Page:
China's exports surged unexpectedly from a year ago, in February, while imports rose slower than estimates, customs data showed Wednesday.
Imports in yuan-denominated terms increased by 44.7 percent year-on-year last month, markedly higher than the 25.2 percent growth in January and market expectations, according to the General Administration of Customs (GAC).
Exports only grew 4.2 percent in February, slowing from January's 15.9 percent, GAC data showed.
That led to a monthly trade deficit of 60.36 billion yuan (8.74 billion U.S. dollars), in contrast with a surplus of over 354 billion yuan in January. In the same period last year, China had a surplus of 180.5 billion yuan.
Total foreign trade volume reached 1.71 trillion yuan in the last month, up 21.9 percent year on year.
February's data generally continued the growth momentum in China's foreign trade since the beginning of the year. Exports and imports both increased significantly in January.
In the first two months combined, exports increased 11 percent from a year ago, and imports jumped 34.2 percent.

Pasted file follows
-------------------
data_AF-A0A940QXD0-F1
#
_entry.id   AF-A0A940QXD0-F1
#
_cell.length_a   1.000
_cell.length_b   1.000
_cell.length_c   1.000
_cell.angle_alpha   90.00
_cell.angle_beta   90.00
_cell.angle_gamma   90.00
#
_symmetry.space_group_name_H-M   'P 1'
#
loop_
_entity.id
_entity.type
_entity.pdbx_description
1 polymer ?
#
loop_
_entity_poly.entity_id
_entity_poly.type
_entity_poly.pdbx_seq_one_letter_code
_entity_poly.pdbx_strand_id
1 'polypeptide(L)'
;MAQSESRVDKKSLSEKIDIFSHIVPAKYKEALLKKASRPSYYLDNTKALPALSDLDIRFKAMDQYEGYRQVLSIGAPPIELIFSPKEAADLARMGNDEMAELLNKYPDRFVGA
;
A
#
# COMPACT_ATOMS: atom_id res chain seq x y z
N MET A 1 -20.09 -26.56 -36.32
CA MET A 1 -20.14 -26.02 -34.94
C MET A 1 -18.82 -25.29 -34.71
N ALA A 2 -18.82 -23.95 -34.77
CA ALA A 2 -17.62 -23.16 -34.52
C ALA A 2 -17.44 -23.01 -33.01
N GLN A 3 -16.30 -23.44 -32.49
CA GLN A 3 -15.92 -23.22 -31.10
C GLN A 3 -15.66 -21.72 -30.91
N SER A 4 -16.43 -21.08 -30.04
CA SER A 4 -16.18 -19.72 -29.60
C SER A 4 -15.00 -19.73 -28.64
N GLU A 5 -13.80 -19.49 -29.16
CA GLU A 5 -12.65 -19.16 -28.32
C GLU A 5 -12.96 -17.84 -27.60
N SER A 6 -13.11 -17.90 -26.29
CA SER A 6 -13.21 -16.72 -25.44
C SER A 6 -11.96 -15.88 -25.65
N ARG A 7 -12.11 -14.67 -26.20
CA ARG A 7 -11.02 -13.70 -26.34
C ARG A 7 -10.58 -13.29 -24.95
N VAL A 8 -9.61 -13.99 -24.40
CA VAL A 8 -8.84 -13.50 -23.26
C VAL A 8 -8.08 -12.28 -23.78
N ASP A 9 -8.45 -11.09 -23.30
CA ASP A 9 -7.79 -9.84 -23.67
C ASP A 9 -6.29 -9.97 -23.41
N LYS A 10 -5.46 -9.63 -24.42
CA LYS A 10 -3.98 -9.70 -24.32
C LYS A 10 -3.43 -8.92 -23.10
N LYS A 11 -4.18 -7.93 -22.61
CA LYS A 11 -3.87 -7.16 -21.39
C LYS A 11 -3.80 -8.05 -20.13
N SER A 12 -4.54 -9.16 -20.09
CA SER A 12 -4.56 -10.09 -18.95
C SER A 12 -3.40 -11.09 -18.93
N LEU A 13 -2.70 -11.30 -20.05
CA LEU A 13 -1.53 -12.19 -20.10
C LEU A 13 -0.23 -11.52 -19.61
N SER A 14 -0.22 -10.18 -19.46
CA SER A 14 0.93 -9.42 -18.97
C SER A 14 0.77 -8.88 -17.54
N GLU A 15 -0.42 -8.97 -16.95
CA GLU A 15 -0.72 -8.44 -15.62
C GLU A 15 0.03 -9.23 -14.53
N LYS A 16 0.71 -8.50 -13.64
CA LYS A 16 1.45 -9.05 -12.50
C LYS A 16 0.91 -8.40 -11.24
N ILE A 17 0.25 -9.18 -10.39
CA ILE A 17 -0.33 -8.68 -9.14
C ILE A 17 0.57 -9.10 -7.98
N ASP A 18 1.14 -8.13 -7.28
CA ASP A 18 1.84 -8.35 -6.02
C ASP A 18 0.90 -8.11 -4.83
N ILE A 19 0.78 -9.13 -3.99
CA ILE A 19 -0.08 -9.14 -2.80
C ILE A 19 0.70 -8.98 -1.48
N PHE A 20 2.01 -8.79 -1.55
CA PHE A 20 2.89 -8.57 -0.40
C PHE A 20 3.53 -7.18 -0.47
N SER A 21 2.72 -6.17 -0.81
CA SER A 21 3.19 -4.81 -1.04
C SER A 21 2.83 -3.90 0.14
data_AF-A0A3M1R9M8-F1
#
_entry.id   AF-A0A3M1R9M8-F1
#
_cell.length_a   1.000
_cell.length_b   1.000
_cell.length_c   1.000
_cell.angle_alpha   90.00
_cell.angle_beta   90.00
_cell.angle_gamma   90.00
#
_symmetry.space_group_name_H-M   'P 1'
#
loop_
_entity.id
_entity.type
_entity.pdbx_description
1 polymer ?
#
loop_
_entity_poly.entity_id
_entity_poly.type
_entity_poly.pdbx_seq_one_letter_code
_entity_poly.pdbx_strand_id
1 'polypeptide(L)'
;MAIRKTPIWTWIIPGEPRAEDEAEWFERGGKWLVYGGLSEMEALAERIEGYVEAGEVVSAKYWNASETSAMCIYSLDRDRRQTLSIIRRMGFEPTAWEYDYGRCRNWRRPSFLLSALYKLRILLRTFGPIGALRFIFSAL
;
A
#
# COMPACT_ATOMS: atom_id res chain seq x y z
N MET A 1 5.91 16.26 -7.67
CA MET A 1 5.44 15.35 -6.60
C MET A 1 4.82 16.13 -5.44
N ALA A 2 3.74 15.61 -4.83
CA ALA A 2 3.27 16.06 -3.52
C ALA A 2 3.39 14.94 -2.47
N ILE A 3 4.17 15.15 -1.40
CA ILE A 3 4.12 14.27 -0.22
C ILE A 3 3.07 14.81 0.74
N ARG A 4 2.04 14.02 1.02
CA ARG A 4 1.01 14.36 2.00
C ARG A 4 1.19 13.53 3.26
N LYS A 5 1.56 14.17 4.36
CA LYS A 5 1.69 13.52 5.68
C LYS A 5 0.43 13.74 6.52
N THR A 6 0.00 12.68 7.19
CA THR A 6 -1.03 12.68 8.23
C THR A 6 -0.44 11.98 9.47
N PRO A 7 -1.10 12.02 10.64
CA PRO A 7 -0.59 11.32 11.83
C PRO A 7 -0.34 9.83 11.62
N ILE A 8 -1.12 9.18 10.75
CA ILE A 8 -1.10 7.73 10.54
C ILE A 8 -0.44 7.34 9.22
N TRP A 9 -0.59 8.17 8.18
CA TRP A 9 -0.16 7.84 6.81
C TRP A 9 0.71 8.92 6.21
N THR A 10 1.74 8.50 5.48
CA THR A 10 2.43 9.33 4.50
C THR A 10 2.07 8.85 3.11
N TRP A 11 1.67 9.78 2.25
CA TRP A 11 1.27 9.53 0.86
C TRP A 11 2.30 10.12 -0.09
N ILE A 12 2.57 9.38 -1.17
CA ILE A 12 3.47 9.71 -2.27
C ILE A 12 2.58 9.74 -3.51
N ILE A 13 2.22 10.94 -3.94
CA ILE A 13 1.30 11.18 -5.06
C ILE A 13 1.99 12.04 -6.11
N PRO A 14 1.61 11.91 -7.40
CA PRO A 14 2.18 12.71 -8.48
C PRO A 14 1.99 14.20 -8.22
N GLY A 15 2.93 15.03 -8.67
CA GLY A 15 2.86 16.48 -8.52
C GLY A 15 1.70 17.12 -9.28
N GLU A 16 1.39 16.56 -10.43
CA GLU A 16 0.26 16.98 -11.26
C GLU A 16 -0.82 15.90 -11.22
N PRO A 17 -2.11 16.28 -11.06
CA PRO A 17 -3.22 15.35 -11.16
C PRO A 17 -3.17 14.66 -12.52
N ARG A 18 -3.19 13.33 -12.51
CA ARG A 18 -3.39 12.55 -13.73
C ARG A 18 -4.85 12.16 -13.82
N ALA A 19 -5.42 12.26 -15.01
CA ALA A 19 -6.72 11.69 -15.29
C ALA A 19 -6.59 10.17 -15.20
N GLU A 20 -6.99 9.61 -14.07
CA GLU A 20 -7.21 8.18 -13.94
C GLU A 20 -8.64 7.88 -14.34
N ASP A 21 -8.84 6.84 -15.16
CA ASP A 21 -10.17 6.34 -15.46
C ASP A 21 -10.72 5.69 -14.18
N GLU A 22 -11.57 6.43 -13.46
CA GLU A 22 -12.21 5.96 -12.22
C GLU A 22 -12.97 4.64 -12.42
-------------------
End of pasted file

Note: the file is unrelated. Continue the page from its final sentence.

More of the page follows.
Trade with the European Union jumped 15 percent from a year ago. The EU is China's biggest trade partner, accounting for 15 percent of the country's foreign trade.
Trade with the United States, ASEAN and Japan went up by 18.9 percent, 24.2 percent and 20.1 percent, respectively.
In a breakdown of products, machinery and electronics exports rose in the first two months, while the labor-intensive products of textiles and clothes saw shrinking orders.
Meanwhile, imports of primary commodities such as iron ore and crude oil continued to grow, featuring general price rises.
China's advanced exports index continued its gaining streak to stand at 40.2 in February, up from 39 in January. Enditem